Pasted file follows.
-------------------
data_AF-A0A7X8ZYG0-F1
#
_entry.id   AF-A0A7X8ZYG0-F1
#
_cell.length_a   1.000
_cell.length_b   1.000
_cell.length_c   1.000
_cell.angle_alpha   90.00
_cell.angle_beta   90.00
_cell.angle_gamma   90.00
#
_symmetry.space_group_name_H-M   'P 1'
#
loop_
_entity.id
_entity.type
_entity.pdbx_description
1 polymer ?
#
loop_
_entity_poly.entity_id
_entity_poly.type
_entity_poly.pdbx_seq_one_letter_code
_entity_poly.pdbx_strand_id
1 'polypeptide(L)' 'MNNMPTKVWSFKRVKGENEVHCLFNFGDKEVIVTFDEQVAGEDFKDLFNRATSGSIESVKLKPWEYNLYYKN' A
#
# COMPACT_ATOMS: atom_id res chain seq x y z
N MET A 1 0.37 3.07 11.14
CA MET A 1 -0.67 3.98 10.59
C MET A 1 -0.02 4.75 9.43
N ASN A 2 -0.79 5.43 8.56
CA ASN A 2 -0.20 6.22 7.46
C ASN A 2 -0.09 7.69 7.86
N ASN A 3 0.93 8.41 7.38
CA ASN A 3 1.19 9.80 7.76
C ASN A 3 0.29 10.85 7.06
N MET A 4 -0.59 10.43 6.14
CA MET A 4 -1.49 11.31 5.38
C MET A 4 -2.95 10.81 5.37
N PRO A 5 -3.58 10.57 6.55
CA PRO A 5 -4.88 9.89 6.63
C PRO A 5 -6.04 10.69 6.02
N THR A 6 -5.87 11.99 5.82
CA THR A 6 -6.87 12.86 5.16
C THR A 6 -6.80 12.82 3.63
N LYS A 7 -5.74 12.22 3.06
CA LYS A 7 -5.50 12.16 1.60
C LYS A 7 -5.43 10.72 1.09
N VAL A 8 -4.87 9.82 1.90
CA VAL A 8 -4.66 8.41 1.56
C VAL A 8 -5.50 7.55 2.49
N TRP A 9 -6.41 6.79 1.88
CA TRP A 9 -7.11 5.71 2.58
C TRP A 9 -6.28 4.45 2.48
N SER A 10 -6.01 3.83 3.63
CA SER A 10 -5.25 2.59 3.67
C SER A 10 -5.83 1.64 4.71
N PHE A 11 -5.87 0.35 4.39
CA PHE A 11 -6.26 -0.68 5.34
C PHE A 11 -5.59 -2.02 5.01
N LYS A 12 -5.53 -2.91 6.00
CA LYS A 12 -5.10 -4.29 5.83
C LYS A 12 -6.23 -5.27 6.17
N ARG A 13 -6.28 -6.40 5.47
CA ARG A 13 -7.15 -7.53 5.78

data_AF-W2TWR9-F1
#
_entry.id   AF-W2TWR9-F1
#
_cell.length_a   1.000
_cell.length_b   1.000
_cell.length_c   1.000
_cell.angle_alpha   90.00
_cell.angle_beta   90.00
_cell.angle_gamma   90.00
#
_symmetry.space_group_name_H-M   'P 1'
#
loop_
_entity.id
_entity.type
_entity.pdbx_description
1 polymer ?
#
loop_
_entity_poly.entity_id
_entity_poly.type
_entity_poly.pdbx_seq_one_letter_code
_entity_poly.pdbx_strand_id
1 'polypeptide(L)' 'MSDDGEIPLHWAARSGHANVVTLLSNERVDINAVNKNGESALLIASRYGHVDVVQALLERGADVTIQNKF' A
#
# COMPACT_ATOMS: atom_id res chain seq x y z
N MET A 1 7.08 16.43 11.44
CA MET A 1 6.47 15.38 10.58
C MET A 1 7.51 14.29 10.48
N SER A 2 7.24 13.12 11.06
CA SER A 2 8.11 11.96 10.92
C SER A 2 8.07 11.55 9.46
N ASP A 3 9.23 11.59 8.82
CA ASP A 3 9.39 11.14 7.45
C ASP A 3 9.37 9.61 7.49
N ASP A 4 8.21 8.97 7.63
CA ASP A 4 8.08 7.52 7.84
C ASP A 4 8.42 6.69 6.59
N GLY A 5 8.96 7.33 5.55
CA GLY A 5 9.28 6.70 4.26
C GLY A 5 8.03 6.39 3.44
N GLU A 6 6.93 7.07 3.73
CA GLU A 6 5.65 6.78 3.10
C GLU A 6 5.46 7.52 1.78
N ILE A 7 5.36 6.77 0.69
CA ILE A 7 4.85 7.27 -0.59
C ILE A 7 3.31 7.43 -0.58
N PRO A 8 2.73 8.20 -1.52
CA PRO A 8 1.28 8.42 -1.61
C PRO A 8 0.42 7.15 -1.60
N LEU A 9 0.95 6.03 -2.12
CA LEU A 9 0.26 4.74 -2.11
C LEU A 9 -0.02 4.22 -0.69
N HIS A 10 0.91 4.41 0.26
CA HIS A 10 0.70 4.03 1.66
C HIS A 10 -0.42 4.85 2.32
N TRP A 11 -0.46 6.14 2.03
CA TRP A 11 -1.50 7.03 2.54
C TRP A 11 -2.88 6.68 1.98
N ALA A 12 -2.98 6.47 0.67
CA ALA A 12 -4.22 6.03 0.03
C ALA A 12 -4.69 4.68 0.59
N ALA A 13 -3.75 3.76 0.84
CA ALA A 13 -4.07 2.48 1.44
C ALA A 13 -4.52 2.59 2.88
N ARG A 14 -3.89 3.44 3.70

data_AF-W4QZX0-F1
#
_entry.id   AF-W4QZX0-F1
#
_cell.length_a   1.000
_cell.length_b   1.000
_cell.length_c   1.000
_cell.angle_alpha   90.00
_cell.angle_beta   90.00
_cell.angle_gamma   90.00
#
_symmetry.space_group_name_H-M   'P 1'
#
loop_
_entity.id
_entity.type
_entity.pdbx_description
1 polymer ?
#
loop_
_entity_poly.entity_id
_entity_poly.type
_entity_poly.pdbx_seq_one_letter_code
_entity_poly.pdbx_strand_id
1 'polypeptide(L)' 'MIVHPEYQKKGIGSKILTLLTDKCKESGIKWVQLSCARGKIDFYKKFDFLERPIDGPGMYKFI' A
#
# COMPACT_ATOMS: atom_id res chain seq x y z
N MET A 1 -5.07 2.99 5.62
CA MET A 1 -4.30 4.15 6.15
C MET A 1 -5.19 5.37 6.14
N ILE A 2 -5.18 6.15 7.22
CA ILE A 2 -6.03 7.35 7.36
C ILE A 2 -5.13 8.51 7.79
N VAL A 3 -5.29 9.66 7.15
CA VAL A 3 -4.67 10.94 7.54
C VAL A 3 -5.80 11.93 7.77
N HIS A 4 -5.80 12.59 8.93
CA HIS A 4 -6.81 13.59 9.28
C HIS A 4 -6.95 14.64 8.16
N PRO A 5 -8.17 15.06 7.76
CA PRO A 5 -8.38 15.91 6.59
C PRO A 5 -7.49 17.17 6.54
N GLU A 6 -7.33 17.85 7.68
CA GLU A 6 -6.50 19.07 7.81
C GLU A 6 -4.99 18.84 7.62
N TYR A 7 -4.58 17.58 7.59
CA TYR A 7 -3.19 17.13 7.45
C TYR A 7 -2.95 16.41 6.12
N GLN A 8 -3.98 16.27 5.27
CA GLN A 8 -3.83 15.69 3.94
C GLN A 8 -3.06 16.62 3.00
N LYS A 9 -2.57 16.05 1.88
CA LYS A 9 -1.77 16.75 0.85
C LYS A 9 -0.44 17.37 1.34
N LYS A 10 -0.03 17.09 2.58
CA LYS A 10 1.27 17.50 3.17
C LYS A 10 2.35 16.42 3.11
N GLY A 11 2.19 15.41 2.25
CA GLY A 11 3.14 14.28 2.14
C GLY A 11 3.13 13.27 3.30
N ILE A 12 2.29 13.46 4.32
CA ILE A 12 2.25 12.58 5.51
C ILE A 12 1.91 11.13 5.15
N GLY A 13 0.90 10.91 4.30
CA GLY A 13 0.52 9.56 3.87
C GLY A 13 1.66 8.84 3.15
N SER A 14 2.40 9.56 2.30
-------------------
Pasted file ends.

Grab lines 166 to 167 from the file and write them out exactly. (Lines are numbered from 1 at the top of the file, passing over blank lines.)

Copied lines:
N VAL A 3 -5.29 9.66 7.15
CA VAL A 3 -4.67 10.94 7.54